• Greedy choice – picks lightest edge at each step
    • How do we deal with negative weight edges?
      • Re-insertion in queue leads to exponential running time
      • Adding constants to each edge to make them positive changes the question, because paths with different numbers of edges are incremented with different values
  • Bellman-Ford algorithm
    • Allows negative-weights
    • Computer d[v] (shortest-path weights) and π[v] (predecessors) for all v ∈ V
    • Return true if no negative-weight cycles are reachable form source, false otherwise
    • If Bellman-Ford has not converged after V(G) – 1 iterations, there cannot be a shortest path tree, so there must be a negative weight cycle (longest path w/o cycles is V(G) – 1 in length)
  • Pseudocode
    /*
     * Find shortest path between two nodes in a graph
     * Allows for negative-weight edges and will catch negative cycles if they occur
     *
     * Time Complexity O(VE)
     */
    public class BellmanFord {
    
        /**
         * Check if shortest path exists
         *
         * @param G the graph
         * @param s source node
         * @return true if path exists, false otherwise (negative cycle)
         */
        boolean initialize(G, s) {
            for (int i = 0; i < G.size() - 1; i++)
                for (u, v in G.edges)
                    relax(u, v, w(u, v)) //set d[v] as min(d[v], d[u] + w(u, v))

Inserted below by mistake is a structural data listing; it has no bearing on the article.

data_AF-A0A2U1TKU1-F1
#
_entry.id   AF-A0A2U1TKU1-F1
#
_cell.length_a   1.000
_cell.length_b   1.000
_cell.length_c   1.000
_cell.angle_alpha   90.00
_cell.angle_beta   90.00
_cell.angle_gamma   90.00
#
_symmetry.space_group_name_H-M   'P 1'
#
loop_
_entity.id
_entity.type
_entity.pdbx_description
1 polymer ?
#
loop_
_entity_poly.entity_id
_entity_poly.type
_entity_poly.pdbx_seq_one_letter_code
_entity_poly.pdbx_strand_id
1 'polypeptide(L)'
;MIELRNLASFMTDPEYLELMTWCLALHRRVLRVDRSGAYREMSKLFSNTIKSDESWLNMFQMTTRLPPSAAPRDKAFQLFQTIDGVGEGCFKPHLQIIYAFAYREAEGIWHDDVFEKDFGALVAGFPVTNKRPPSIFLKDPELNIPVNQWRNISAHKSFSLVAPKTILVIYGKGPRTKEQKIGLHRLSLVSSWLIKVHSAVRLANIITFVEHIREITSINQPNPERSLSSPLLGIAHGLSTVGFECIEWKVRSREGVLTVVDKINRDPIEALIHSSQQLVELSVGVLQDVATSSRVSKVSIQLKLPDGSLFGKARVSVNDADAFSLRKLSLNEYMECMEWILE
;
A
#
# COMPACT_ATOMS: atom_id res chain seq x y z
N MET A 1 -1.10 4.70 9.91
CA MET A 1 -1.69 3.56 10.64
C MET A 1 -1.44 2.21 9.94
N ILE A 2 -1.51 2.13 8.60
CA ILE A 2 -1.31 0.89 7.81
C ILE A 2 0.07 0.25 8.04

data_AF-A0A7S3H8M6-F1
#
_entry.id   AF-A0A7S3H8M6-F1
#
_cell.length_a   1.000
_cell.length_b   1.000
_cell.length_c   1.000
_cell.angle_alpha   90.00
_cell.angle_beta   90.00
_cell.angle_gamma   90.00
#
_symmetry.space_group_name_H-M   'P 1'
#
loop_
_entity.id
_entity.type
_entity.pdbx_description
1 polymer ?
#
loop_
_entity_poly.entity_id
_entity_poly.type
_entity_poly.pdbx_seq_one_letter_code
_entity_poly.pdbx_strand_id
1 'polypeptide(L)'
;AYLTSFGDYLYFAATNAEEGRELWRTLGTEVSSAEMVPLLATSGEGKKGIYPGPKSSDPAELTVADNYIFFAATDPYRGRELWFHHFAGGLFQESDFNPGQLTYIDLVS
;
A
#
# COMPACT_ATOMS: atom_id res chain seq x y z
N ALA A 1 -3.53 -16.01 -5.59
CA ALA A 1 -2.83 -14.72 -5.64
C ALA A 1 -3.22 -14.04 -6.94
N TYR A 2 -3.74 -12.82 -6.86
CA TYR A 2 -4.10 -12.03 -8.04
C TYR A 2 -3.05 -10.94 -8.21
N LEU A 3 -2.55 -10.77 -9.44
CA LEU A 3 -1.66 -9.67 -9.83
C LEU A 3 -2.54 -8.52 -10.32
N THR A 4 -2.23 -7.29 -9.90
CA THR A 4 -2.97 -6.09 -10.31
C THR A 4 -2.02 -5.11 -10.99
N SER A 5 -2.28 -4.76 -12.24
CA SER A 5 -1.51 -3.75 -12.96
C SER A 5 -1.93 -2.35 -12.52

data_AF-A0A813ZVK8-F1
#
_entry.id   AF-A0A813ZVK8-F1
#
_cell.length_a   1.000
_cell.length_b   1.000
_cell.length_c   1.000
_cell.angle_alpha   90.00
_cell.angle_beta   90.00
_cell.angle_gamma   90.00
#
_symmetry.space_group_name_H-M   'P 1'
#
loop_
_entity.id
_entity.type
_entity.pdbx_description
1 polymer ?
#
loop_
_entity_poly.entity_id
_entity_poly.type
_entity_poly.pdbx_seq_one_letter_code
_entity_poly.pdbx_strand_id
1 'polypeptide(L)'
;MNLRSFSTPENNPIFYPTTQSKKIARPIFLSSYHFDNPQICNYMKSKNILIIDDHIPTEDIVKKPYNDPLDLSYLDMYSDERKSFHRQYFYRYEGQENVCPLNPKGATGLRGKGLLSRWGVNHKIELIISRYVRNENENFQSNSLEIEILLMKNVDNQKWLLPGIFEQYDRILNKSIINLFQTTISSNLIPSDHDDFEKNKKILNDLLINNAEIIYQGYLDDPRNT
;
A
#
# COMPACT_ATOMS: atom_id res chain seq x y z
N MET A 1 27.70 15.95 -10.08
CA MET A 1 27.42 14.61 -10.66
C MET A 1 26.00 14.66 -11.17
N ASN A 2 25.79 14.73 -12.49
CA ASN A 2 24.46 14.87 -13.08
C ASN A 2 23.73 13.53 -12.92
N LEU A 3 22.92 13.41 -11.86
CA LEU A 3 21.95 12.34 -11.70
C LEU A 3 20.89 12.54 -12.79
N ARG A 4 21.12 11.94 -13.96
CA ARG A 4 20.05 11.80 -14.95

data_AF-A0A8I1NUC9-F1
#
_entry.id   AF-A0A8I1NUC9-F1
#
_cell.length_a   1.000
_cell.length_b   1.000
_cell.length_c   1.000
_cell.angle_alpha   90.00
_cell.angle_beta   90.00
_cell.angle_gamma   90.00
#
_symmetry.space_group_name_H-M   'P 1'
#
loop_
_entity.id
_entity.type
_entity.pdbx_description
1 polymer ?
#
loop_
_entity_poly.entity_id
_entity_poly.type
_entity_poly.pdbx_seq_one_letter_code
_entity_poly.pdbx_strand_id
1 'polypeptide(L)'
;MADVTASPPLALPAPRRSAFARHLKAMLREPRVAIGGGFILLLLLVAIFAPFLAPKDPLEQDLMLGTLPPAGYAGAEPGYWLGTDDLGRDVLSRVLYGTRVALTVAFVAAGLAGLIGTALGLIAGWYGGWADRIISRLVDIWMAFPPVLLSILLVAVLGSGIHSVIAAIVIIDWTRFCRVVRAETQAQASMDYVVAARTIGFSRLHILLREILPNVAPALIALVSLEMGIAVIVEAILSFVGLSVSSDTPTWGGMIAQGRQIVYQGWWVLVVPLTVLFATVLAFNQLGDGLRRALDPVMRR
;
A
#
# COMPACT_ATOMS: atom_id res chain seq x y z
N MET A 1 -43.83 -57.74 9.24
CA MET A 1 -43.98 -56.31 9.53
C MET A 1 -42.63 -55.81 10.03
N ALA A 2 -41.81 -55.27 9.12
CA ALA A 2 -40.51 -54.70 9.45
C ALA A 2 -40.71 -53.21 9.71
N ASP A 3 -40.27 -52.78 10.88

for (u, v in G.edges)
                if (d[v] > d[u] + w(u, v)) return false //mismatch found
            return true
        }
    }
    
  • Dynamic Programming in Bellman-Ford
    • Let d(i, j) = cost of shortest path from s to i with at most j hops
    • Cases
      • i = s & j = 0 0
      • i ≠ s & j = 0
      • j > 0 min(d(k, j – 1) + w(k, i): i ∈ Adj(k), d(i, j – 1))
        Either a valid predecessor's weight + current weight, or no change (achieved with fewer hops)
Lecture 18 • 2017/03/23
  • Divide & Conquer
    • Divide – split problems into smaller sub-problems
    • Conquer – solve sub-problems recursively, or use base cases
    • Combine – merge two sub-problems and eventually reach the original problem again
  • Example – Merge Sort
    • Divide – split n-elements to subsequences of n/2 elements
    • Conquer – sort recursively using merge sort; once array has size 1, simply return that array
    • Combine – merge two sorted subsequences to produce sorted answer
  • Multiplication – Divide & Conquer
    • For value x with n digits, let xL = x / 2n/2, and let xR = x % 2n/2
    • Instead of using grade school multiplication (O(n2)), we may compute x * y through their components
      x * y = 2nxLyL + 2n/2(xLyR + xRyL) + xRyR
Lecture 19 • 2017/03/28
  • Merge sort running time
    • T(n) = execution time for size n = 2 * T(n/2) + n (2 sub calls + merge time)
    • Binary Search T(n) = T(n/2) + 1
    • Karatsuba T(n) = 3 * T(n/2) + n
  • Master Theorem – solves commond divide and conquer runtimes
    • General: T(n) = a(Tn/b) + f(n)
    • a ≥ 1: # of subproblems
    • b > 0: factor by which the subproblem size decreases
    • f(n): work to divide/merge subproblems
  • Recursion tree
    • k: logba
    • logbn: # of levels
    • ai: # of subproblems at level i
    • n/bi: size of subproblem at level i
  • Case 1 – cost dominated by cost of leaves
    • If f(n) = O(nk – ε) for some ε > 0
    • T(n) = Θ(nk)
    • Eg T(n) = 3T(n/2) + n → T(n) = Θ(nlog23)
  • Case 2 – cost evenly distributed among levels
    • If f(n) = Θ(nklogpn)
    • T(n) = Θ(nklogp + 1n)
    • Eg T(n) = 2T(n/2) + Θ(n logn) → T(n) = Θ(n log2n)
  • Case 3 – cost dominated by cost of root
    • If f(n) = Ω(nk + ε) for some ε > 0) and if a * f(n/b) ≤ c * f(n) for some c < 1 ∀ sufficiently large n (holds if f(n) = Θ (nk + ε))
    • T(n) = Θ(f(n))
    • Eg T(n) = 3T(n/4) + n5 → T(n) = Θ(n5)